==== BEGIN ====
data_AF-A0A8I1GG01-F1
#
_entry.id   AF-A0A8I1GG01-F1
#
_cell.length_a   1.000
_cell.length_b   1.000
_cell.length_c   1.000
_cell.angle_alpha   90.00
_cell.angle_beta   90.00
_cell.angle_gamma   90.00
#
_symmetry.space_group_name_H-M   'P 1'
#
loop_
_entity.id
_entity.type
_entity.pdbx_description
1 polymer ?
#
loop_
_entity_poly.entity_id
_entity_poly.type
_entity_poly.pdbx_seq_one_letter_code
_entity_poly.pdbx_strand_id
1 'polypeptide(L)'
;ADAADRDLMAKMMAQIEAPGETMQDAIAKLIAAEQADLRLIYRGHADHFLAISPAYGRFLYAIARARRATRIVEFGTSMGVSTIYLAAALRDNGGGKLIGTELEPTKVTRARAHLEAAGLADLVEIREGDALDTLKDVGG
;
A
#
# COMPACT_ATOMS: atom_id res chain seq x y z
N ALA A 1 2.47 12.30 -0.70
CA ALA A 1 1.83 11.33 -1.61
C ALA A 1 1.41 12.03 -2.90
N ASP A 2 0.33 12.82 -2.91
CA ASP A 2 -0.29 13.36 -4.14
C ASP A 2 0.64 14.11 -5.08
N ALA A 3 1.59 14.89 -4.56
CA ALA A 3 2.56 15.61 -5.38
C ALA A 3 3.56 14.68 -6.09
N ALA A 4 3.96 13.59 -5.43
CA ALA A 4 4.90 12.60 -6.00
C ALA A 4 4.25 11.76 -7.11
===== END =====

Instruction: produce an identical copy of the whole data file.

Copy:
data_AF-A0A8I1GG01-F1
#
_entry.id   AF-A0A8I1GG01-F1
#
_cell.length_a   1.000
_cell.length_b   1.000
_cell.length_c   1.000
_cell.angle_alpha   90.00
_cell.angle_beta   90.00
_cell.angle_gamma   90.00
#
_symmetry.space_group_name_H-M   'P 1'
#
loop_
_entity.id
_entity.type
_entity.pdbx_description
1 polymer ?
#
loop_
_entity_poly.entity_id
_entity_poly.type
_entity_poly.pdbx_seq_one_letter_code
_entity_poly.pdbx_strand_id
1 'polypeptide(L)'
;ADAADRDLMAKMMAQIEAPGETMQDAIAKLIAAEQADLRLIYRGHADHFLAISPAYGRFLYAIARARRATRIVEFGTSMGVSTIYLAAALRDNGGGKLIGTELEPTKVTRARAHLEAAGLADLVEIREGDALDTLKDVGG
;
A
#
# COMPACT_ATOMS: atom_id res chain seq x y z
N ALA A 1 2.47 12.30 -0.70
CA ALA A 1 1.83 11.33 -1.61
C ALA A 1 1.41 12.03 -2.90
N ASP A 2 0.33 12.82 -2.91
CA ASP A 2 -0.29 13.36 -4.14
C ASP A 2 0.64 14.11 -5.08
N ALA A 3 1.59 14.89 -4.56
CA ALA A 3 2.56 15.61 -5.38
C ALA A 3 3.56 14.68 -6.09
N ALA A 4 3.96 13.59 -5.43
CA ALA A 4 4.90 12.60 -6.00
C ALA A 4 4.25 11.76 -7.11